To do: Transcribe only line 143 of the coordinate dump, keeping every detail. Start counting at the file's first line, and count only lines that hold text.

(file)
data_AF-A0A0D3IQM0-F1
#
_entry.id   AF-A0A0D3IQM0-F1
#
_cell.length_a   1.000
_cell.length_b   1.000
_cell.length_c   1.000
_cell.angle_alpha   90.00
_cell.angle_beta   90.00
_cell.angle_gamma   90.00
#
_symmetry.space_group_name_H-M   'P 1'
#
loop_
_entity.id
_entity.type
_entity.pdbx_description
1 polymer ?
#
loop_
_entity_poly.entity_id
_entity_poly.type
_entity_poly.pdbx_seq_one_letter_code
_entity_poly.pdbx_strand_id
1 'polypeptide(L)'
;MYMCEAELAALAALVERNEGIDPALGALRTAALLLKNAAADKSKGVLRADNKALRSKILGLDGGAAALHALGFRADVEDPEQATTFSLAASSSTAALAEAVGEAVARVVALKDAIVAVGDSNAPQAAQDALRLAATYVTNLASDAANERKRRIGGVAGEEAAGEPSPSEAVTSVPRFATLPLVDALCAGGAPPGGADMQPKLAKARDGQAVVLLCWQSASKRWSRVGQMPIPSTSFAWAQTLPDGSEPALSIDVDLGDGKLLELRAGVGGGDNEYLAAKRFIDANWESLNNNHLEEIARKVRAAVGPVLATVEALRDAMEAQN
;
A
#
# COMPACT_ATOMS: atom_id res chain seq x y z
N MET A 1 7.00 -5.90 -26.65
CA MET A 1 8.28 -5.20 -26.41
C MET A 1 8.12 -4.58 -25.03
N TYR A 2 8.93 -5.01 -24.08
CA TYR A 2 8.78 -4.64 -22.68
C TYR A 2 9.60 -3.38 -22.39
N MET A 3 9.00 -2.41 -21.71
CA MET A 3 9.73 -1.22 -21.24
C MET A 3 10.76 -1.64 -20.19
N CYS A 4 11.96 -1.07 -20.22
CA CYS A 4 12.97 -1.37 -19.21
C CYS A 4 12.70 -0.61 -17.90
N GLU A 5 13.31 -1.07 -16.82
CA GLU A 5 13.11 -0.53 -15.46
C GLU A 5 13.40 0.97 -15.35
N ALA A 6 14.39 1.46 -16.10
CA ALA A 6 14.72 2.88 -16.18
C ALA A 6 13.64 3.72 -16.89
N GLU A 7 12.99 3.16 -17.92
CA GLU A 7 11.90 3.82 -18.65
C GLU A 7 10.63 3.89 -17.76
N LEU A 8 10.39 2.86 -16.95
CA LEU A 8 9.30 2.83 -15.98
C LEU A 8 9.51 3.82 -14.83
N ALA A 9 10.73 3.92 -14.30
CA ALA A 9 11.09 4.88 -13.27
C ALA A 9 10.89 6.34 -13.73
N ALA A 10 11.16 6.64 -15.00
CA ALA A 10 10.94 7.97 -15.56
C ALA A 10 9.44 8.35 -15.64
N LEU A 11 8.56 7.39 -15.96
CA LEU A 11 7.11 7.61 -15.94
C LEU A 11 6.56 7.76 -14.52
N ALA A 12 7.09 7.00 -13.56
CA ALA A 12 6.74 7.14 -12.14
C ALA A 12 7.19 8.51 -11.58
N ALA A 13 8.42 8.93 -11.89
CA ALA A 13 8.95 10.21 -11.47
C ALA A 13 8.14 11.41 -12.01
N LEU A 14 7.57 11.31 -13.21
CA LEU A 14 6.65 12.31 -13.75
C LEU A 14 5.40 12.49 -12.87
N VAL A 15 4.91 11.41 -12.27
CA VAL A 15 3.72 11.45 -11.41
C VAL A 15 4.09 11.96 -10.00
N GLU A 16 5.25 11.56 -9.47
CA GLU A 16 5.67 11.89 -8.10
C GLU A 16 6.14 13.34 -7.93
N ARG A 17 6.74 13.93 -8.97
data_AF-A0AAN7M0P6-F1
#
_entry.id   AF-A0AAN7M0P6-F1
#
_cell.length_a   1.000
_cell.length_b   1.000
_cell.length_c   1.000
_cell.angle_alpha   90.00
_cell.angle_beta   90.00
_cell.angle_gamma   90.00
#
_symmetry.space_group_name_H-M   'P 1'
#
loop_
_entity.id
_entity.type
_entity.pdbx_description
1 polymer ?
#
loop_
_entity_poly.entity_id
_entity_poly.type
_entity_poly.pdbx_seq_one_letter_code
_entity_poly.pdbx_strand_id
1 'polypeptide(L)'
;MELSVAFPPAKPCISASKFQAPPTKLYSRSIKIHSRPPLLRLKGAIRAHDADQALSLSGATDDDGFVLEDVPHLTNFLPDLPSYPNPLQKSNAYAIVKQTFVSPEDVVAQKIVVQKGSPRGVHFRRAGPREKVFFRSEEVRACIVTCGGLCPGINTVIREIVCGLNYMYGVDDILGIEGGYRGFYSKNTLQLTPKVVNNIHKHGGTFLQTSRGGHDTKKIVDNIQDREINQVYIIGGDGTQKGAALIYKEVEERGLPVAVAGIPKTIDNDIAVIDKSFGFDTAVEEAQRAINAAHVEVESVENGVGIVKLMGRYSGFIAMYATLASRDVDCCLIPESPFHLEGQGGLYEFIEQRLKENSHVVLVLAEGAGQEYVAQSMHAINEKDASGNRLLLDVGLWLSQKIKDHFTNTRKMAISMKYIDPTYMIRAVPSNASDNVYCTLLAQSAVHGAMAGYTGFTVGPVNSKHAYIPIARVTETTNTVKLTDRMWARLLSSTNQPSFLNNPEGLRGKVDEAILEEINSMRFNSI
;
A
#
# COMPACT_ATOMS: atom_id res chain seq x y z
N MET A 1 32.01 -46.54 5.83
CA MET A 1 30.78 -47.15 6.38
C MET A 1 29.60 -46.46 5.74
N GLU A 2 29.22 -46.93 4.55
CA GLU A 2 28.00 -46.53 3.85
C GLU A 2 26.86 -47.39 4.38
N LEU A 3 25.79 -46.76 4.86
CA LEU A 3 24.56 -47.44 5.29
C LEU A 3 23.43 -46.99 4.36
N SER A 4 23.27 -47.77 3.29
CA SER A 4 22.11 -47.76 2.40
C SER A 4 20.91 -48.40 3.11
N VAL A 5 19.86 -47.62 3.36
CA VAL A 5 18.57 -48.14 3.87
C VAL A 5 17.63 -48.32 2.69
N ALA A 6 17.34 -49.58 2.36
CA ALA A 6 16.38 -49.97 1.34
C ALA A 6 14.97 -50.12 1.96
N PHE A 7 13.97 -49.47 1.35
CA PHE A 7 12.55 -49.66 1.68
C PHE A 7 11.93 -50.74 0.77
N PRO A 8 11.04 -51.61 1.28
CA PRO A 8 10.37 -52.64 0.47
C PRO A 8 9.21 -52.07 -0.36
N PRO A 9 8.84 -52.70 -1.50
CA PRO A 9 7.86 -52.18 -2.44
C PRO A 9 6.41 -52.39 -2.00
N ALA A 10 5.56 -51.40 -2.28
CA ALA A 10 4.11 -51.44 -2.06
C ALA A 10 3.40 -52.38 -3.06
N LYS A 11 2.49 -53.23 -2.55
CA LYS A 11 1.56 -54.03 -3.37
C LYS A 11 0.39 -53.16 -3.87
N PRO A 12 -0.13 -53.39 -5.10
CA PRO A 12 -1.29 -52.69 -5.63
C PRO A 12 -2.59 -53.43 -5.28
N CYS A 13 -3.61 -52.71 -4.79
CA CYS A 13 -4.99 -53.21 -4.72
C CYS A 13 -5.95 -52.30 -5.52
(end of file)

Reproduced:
N PRO A 12 -0.13 -53.39 -5.10